the menu with finest food, service and atmosphere
Your menu needs to be interesting and offer unique items that customers don’t find at other restaurant. The chef needs to exercise with his creativity when designing dishes.
You need to choose a theme for your menu, and try to have fun with it. And don’t forget the wine! Your wine list should complement your menu. Each wine should be paired with each individual dish. Work together with your sommelier to find the best options.
There are not any "rules" unless you are looking to do a traditional night like - French, Italian, Japanese....etc., course meal. The meal needs to build up consistent.
Here I made a list of “DON’T'' to show you the way I build the menu and the way I think about it:
- don't serve same proteins one after another;
- don't serve two seafood courses one after another (unless you have a shell fish night menu), or two meat courses;
- start with lighter fare, and then go on to the heavy;
- serve seafood before meat;
- Don’t treat – “amuse- bouche” like a course;
- don't serve the same cooking method more than once;
- don't serve more than one salad, or soup, or pasta;
- don't do heavy dish after heavy dish;
- don't mix in the same menu fancy dishes with fast food style dishes.
The goal is not to feed them massive quantities of food with each course, make everyone enjoying themselves, you must "school" your clients. None of the courses need to be heavy; they need to be in balance with the course before and the course after.
Here are some samples of menu I made and are easy to make.
You control and form the evening with the courses, let everyone come in and relax, with a glass of champagne and some ''amuse-bouche'' from the chef - should be the way to start the evening.
Smoked salmon pate with salmon roe on a smoked crouton.The first course: Time for a fresh salad, tartar or light appetizer.
The second course: Soup is on!
The third course: Traditionally the third course will feature a sorbet to cleanse the palate. A nice lemon or lime sorbet would do nicely. It’s perfectly fine to prepare this dish the day prior your meal.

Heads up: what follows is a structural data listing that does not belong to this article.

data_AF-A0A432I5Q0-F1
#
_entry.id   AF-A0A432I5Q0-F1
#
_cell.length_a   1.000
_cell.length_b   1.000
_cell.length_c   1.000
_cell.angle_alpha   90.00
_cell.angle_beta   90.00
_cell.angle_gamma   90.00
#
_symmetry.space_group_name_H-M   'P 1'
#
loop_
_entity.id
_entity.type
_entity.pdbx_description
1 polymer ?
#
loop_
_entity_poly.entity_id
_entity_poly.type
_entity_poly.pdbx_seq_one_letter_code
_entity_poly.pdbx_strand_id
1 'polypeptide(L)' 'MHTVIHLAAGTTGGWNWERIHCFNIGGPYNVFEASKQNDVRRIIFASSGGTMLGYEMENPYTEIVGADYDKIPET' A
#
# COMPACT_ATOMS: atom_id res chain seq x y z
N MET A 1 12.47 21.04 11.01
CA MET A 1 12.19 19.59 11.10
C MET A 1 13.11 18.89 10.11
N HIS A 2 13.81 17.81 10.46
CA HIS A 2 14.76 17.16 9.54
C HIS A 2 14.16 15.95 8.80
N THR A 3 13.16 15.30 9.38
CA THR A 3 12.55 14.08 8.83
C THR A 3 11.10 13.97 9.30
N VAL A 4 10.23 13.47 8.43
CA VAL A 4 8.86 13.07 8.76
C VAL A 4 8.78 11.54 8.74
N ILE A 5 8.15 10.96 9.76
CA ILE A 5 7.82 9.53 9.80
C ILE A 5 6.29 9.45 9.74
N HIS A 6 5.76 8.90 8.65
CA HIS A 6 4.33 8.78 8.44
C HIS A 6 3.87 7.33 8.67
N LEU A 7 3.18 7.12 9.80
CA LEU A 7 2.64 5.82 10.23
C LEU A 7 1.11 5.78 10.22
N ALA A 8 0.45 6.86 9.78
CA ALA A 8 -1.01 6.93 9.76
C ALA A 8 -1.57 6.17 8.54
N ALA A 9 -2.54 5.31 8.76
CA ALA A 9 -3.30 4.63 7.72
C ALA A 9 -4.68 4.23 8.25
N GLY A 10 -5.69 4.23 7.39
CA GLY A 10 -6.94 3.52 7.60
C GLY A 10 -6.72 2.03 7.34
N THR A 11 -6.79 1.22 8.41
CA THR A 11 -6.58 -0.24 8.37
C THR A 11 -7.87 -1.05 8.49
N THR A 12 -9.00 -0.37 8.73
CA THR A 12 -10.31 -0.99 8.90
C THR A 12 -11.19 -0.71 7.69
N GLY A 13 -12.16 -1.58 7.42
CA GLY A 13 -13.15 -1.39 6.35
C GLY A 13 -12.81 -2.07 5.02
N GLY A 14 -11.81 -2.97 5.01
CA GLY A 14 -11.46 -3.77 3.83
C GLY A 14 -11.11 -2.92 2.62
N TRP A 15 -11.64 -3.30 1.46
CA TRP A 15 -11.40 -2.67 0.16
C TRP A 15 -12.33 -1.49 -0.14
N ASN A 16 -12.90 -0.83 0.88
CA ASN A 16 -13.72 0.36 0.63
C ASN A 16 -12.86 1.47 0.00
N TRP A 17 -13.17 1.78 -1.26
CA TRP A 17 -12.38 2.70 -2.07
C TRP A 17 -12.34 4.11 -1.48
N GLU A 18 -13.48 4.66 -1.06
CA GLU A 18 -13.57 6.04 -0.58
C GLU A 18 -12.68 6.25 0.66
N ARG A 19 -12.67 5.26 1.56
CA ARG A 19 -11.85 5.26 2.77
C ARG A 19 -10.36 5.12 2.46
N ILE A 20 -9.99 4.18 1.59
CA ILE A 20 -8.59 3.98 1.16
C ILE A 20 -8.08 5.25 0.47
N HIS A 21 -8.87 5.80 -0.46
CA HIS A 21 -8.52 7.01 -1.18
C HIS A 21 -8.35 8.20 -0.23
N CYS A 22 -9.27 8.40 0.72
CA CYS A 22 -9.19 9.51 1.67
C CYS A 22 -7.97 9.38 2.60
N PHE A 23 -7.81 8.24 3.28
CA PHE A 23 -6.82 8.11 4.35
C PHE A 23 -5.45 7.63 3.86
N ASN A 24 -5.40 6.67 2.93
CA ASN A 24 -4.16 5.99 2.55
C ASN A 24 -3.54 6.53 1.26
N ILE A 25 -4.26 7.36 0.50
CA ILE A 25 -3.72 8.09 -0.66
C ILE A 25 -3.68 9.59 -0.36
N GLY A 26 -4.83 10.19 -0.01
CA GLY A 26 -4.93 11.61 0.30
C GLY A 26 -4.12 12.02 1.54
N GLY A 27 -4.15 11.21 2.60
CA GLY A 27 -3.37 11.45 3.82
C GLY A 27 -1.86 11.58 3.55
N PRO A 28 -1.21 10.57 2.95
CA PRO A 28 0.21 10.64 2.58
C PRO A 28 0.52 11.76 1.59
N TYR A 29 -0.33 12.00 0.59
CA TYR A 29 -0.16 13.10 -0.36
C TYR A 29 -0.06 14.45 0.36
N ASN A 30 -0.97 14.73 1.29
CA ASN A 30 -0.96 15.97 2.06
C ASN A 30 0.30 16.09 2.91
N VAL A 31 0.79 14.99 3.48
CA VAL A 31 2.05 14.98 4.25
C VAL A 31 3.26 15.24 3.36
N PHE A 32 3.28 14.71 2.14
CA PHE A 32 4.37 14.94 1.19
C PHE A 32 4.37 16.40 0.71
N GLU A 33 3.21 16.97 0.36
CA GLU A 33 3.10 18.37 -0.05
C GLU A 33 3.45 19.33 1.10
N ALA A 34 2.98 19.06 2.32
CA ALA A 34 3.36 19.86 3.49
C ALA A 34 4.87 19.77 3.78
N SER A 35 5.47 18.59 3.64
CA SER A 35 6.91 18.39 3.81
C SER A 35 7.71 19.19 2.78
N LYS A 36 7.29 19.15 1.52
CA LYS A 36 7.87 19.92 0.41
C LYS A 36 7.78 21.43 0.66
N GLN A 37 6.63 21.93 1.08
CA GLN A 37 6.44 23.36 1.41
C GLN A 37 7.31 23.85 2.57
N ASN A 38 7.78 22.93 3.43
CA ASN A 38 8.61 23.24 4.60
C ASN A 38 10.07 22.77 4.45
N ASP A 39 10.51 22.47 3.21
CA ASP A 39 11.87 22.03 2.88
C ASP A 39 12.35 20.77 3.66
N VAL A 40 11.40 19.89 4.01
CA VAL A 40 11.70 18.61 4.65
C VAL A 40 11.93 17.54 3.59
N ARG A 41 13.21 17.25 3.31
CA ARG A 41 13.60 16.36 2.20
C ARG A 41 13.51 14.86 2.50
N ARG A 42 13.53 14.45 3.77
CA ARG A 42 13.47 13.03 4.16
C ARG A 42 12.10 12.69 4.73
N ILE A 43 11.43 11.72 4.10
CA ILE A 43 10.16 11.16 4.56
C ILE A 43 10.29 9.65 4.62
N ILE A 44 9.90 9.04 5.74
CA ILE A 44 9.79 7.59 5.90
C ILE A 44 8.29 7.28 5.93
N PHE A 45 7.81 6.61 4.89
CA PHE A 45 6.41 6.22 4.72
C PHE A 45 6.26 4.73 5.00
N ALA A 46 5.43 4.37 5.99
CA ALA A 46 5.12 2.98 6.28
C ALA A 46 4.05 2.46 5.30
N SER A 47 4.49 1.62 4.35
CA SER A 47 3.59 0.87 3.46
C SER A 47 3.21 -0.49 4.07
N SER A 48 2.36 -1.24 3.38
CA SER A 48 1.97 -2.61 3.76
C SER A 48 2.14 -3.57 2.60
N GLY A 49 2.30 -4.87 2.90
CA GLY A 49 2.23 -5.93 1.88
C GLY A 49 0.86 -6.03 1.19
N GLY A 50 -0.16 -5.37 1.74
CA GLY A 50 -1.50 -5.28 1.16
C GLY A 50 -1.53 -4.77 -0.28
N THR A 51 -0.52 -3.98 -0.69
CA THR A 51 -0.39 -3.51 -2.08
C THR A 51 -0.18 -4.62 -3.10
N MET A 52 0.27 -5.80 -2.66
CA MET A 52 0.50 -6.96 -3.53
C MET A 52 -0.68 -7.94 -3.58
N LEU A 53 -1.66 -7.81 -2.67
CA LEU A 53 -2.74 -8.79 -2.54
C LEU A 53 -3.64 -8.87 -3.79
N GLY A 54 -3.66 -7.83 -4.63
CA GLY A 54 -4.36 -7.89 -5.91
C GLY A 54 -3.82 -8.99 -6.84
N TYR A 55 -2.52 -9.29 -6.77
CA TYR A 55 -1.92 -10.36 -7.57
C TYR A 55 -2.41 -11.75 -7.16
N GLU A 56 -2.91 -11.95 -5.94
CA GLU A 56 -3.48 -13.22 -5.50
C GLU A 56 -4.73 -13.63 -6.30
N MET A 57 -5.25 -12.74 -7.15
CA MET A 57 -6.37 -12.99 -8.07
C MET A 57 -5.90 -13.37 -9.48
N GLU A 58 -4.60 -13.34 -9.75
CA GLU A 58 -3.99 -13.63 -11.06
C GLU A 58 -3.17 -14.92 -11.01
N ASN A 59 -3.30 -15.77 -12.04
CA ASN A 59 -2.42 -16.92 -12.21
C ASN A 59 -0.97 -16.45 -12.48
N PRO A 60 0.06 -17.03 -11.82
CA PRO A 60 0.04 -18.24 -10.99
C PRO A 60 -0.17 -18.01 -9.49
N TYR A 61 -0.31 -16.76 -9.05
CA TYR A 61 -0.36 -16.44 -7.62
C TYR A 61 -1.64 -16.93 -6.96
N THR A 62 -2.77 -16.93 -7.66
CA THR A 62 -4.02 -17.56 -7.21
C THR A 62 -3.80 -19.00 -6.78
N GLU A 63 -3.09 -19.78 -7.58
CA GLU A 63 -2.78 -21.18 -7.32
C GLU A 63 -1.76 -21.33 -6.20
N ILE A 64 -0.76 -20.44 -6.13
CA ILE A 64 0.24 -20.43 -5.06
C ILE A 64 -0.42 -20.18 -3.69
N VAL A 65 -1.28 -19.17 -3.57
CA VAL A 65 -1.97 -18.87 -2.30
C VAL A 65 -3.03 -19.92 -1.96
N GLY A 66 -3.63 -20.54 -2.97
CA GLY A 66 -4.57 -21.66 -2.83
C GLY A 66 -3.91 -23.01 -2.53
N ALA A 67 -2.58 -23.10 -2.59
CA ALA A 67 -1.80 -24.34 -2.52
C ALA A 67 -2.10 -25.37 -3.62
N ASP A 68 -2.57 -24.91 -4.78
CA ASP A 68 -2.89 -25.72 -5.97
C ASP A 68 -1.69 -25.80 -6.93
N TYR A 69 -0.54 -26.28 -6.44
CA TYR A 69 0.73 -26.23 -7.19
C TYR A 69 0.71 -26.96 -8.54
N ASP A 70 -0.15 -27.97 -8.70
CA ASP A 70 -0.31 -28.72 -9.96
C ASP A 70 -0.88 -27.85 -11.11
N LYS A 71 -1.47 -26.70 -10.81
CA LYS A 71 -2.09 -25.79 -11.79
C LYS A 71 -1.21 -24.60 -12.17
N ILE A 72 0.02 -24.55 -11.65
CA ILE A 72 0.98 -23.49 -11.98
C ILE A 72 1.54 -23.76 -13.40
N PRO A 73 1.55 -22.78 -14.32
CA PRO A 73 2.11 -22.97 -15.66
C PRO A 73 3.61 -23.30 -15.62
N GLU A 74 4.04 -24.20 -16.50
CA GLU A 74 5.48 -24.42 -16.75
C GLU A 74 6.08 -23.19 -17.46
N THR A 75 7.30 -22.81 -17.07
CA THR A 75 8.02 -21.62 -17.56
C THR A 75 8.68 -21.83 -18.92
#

The fourth course: This can be poultry, fish or shellfish.
Banana prawns with sushi rice , wasabi and white radish salad.
The fifth course: This will be a call for a red meat dish.
The sixth course: I usually made a small pre dessert.
The seventh course: Dessert of course! It’s always hard to choose just one dessert.
All of the details that are expected of a fine dining server require that your staff be rigorously trained. They should be able to answer any and all questions customers may have about a menu or item or wine. Customer service in a fine dining restaurant it goes far beyond taking an order and delivering food. Fine dining services include:
- escorting customers to the table;
- holding the chair for women;
- cleaning the table in between courses;
- replacing napkins if a customer leaves the table;
- explaining menu items without notes;
- serving food directly on the plate at the table;
- Sommelier should serve the wine and provide any information is needed.
The most important fine dining serving etiquette is to be polite to the customers and to give equal attention to all the guests. The food should be served from the right of the customer and the table should be cleared from the left.
In fine dining music is playing subtly in the background and should reflect the theme of the night, such as classical for a traditional fine dining restaurant or jazz for something modern, the rest of the atmosphere is up to you. Don’t forget, dining in a fine restaurant need to be a nice elegant way to have a meal and is relaxing and fun.
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